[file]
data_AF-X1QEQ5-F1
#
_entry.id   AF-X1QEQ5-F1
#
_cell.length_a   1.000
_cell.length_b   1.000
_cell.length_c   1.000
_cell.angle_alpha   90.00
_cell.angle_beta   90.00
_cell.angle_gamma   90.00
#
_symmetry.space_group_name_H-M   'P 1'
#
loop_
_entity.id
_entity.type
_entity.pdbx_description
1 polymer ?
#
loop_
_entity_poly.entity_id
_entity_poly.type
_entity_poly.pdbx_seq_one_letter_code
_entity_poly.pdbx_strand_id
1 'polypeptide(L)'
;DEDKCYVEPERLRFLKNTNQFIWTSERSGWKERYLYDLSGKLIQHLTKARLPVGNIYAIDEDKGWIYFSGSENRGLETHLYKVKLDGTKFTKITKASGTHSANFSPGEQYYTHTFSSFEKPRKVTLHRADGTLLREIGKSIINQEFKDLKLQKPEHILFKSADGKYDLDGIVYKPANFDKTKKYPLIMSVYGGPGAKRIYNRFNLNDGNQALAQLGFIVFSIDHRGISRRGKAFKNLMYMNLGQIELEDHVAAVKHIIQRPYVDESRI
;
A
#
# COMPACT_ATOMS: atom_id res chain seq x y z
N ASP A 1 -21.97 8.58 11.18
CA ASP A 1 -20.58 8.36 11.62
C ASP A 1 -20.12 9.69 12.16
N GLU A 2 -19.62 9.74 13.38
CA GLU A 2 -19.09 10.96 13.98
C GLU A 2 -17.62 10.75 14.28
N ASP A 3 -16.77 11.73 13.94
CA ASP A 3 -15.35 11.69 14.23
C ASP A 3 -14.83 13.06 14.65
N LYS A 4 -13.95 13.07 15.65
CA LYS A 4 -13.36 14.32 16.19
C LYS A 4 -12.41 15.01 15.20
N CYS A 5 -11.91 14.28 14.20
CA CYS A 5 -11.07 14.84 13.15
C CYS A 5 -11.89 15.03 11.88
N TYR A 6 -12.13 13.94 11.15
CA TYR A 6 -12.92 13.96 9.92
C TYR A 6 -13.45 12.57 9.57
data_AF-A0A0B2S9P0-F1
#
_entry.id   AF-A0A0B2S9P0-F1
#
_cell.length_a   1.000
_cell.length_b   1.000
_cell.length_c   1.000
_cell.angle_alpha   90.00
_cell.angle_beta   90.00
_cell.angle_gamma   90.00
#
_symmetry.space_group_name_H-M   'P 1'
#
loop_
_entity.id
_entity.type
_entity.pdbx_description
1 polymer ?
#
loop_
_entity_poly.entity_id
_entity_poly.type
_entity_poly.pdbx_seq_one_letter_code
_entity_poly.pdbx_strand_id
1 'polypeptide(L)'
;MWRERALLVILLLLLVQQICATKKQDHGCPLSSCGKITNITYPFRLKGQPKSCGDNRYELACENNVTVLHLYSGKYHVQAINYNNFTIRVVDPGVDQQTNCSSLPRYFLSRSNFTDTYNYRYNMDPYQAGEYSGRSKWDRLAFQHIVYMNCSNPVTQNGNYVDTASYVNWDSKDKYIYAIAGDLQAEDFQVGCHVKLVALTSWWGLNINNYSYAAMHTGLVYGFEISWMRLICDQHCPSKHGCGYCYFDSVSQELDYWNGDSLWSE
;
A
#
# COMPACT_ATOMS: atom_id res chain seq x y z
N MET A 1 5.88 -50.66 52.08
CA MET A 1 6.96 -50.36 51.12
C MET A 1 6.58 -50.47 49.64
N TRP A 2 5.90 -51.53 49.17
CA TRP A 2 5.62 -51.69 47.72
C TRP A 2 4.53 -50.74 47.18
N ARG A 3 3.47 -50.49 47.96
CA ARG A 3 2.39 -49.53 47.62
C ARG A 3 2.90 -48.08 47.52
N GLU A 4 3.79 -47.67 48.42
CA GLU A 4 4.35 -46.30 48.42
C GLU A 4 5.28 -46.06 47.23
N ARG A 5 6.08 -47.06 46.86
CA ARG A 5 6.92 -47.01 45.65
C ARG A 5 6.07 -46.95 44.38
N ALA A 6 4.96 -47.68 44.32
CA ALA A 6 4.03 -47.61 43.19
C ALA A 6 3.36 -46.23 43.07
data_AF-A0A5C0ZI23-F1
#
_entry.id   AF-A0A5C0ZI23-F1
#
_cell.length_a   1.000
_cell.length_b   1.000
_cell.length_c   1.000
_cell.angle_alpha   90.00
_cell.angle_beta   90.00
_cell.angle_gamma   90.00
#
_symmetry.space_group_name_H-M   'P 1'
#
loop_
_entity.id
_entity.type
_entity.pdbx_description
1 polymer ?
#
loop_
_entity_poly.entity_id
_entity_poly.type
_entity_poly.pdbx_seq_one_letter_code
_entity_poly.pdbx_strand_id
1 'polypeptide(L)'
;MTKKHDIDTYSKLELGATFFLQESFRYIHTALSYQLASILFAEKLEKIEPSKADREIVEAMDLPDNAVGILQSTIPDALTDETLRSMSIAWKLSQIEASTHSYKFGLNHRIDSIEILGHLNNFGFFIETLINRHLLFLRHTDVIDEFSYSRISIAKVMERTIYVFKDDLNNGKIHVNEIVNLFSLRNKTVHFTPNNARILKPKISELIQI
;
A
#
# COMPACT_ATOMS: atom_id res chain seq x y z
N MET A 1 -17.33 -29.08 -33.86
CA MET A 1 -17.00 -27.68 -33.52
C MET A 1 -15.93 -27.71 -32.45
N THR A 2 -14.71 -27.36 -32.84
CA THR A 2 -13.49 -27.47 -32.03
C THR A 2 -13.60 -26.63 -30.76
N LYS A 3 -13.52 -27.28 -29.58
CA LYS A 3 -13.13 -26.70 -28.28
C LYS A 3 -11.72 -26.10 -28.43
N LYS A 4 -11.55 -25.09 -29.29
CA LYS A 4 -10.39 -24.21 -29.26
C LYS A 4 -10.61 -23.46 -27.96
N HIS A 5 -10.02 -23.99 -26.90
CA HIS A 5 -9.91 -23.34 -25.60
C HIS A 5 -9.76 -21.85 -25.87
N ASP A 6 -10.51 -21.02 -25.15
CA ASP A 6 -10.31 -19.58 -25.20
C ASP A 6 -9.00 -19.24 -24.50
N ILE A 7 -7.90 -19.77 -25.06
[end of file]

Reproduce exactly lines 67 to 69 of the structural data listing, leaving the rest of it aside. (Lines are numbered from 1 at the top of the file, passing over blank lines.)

#
loop_
_entity_poly.entity_id